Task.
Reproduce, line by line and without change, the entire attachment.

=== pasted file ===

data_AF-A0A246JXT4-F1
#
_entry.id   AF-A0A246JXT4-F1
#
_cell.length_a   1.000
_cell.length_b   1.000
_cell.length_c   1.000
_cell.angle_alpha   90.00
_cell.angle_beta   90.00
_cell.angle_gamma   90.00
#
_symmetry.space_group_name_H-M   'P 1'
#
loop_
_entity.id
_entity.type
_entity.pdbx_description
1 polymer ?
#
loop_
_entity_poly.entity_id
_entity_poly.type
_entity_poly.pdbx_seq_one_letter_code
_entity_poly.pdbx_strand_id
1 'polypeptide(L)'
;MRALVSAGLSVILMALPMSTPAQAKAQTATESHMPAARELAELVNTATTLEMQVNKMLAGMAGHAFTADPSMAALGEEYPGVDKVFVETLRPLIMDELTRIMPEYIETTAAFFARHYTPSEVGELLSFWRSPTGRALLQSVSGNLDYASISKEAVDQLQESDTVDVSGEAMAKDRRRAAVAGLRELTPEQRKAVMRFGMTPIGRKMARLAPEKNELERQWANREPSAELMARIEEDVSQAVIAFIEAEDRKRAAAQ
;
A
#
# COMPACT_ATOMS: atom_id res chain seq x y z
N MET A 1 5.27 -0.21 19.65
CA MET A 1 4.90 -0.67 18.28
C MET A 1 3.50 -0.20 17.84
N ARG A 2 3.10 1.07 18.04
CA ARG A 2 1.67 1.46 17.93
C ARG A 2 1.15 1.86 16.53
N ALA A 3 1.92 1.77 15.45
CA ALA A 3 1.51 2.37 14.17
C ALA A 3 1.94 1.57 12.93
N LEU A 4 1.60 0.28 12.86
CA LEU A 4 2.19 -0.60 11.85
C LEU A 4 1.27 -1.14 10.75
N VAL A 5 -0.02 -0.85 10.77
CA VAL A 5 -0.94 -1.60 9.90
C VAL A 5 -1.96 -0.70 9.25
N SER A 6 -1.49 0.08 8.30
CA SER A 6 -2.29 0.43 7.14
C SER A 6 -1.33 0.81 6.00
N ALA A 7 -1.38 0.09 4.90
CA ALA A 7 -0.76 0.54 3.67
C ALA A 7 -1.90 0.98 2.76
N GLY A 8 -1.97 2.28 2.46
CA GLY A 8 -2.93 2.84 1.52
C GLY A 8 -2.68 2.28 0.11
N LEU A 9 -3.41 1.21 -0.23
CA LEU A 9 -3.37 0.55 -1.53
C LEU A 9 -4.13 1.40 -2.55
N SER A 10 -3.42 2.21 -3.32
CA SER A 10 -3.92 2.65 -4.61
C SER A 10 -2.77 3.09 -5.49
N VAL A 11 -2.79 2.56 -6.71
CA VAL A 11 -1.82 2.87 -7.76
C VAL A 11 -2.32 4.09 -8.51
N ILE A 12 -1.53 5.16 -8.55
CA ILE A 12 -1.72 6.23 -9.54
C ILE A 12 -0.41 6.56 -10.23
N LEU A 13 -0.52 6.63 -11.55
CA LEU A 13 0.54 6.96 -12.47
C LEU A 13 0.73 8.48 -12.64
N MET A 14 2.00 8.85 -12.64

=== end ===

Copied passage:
data_AF-A0A246JXT4-F1
#
_entry.id   AF-A0A246JXT4-F1
#
_cell.length_a   1.000
_cell.length_b   1.000
_cell.length_c   1.000
_cell.angle_alpha   90.00
_cell.angle_beta   90.00
_cell.angle_gamma   90.00
#
_symmetry.space_group_name_H-M   'P 1'
#
loop_
_entity.id
_entity.type
_entity.pdbx_description
1 polymer ?
#
loop_
_entity_poly.entity_id
_entity_poly.type
_entity_poly.pdbx_seq_one_letter_code
_entity_poly.pdbx_strand_id
1 'polypeptide(L)'
;MRALVSAGLSVILMALPMSTPAQAKAQTATESHMPAARELAELVNTATTLEMQVNKMLAGMAGHAFTADPSMAALGEEYPGVDKVFVETLRPLIMDELTRIMPEYIETTAAFFARHYTPSEVGELLSFWRSPTGRALLQSVSGNLDYASISKEAVDQLQESDTVDVSGEAMAKDRRRAAVAGLRELTPEQRKAVMRFGMTPIGRKMARLAPEKNELERQWANREPSAELMARIEEDVSQAVIAFIEAEDRKRAAAQ
;
A
#
# COMPACT_ATOMS: atom_id res chain seq x y z
N MET A 1 5.27 -0.21 19.65
CA MET A 1 4.90 -0.67 18.28
C MET A 1 3.50 -0.20 17.84
N ARG A 2 3.10 1.07 18.04
CA ARG A 2 1.67 1.46 17.93
C ARG A 2 1.15 1.86 16.53
N ALA A 3 1.92 1.77 15.45
CA ALA A 3 1.51 2.37 14.17
C ALA A 3 1.94 1.57 12.93
N LEU A 4 1.60 0.28 12.86
CA LEU A 4 2.19 -0.60 11.85
C LEU A 4 1.27 -1.14 10.75
N VAL A 5 -0.02 -0.85 10.77
CA VAL A 5 -0.94 -1.60 9.90
C VAL A 5 -1.96 -0.70 9.25
N SER A 6 -1.49 0.08 8.30
CA SER A 6 -2.29 0.43 7.14
C SER A 6 -1.33 0.81 6.00
N ALA A 7 -1.38 0.09 4.90
CA ALA A 7 -0.76 0.54 3.67
C ALA A 7 -1.90 0.98 2.76
N GLY A 8 -1.97 2.28 2.46
CA GLY A 8 -2.93 2.84 1.52
C GLY A 8 -2.68 2.28 0.11
N LEU A 9 -3.41 1.21 -0.23
CA LEU A 9 -3.37 0.55 -1.53
C LEU A 9 -4.13 1.40 -2.55
N SER A 10 -3.42 2.21 -3.32
CA SER A 10 -3.92 2.65 -4.61
C SER A 10 -2.77 3.09 -5.49
N VAL A 11 -2.79 2.56 -6.71
CA VAL A 11 -1.82 2.87 -7.76
C VAL A 11 -2.32 4.09 -8.51
N ILE A 12 -1.53 5.16 -8.55
CA ILE A 12 -1.72 6.23 -9.54
C ILE A 12 -0.41 6.56 -10.23
N LEU A 13 -0.52 6.63 -11.55
CA LEU A 13 0.54 6.96 -12.47
C LEU A 13 0.73 8.48 -12.64
N MET A 14 2.00 8.85 -12.64